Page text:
More and more people are choosing to purchase RVs, hit the road, go camping, and go camping. Michigan has always has been an attractive destination for RVers for decades.
As potential RV owners look to purchasing their own RVs, lightweight and ultra-lightweight RV models continue to be of high interest. “Since 2020 we have seen this segment blow up. They are not ‘intimidating’ to tow, and it has allowed a lot of first-time buyers to come into the market. The main segment we see is retired couples and single travelers. We do sell some families in this segment, but it’s very rare to see that,” explains Matt Veurink, Veurink’s RV, Grand Rapids.
These RVs range from 1,000 pounds to around 6,000 pounds, dry weight, which has a lot to do with the chosen materials. “Lightweight generally refers to laminated-built trailers,” says Veurink. “What this means is that instead of a traditional wood frame and aluminum exterior, the manufacturers will build the trailers with aluminum framing and fiberglass siding. They finish the process by laminating the walls to create a superior bond and strength. On average, the same size camper can be around 10% lighter. The manufacturer also uses lighter materials in the walls to keep the weight down but not cause issues to the integrity of the wall. This is a more expensive construction, but many consider a much superior build.” Michael Fegan, Woodland Airstream, Grand Rapids, adds: “Lightweight means that you do not need a full-size pickup truck to be able to tow. With Airstreams, we would say anything under 5,000 GVWR, or fully loaded with all your gear, would be called lightweight.”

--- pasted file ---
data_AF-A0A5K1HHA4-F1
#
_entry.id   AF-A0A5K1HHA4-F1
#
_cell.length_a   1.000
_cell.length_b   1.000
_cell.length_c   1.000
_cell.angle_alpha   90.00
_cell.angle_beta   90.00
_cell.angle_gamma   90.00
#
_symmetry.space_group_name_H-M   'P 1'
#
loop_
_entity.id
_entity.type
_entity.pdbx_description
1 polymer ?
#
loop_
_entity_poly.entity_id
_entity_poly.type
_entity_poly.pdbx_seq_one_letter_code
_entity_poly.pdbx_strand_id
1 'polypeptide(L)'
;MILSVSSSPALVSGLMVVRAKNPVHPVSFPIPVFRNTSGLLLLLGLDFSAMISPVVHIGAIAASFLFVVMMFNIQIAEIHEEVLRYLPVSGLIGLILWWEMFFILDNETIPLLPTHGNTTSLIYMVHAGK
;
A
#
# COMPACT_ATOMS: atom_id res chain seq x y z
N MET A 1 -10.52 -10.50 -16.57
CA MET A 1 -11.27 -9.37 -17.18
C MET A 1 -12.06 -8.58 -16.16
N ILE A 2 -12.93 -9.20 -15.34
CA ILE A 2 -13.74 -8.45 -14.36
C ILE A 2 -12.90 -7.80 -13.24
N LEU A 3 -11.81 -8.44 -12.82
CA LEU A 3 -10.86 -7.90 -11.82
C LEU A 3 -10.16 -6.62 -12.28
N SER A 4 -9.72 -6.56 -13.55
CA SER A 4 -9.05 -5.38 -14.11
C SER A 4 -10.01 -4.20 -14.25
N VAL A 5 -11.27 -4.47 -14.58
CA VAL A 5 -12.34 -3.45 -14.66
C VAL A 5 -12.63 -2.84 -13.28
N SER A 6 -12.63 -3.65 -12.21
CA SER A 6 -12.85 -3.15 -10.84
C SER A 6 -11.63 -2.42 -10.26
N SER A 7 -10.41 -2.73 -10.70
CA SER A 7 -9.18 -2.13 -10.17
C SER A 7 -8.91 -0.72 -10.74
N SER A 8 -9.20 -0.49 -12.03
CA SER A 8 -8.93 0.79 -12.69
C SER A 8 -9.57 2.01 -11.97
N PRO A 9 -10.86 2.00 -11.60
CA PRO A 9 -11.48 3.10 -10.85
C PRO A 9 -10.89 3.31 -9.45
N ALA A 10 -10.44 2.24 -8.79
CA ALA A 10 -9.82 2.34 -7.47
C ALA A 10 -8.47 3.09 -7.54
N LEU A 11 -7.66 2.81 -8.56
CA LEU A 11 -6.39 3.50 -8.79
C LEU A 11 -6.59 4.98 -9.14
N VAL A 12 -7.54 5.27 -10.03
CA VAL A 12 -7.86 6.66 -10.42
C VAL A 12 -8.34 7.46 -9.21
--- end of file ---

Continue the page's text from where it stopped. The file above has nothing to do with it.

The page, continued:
Sound interesting? Let’s go through some of the reasons why a lightweight RV might be a good option to consider.
Many lightweight RVs and ultralightweight RVs can be towed by a wider range of vehicles. “If you have a SUV or mini-van you are limited on what you can tow. But a family can fit into this vehicles, so the RV manufacturers build trailers light enough for a family to comfortably travel and camp!” says Veurink. It’s also a “safer towing experience for newbies” says Fegan.
Check the towing capacity of any existing vehicle that you intend to use for towing to see if it matches the RV you would like to purchase. Better yet, start with this information and trim down your search by your tow vehicle’s tow rating, which can be found in your owner’s manual. “Everyone has an opinion on what you can and should tow,” says Veurink. “My recommendation is to leave 800-1000 pounds between what you can tow and what the RV weighs unloaded.” Using an existing vehicle is helpful in that you don’t need to think about purchasing a new vehicle to accommodate an RV’s weight. Don’t simply take an RV’s “dry” weight (meaning, unloaded) as your starting point. Your tow vehicle needs to be able to tow the RV fully loaded with all your gear and any possible liquids.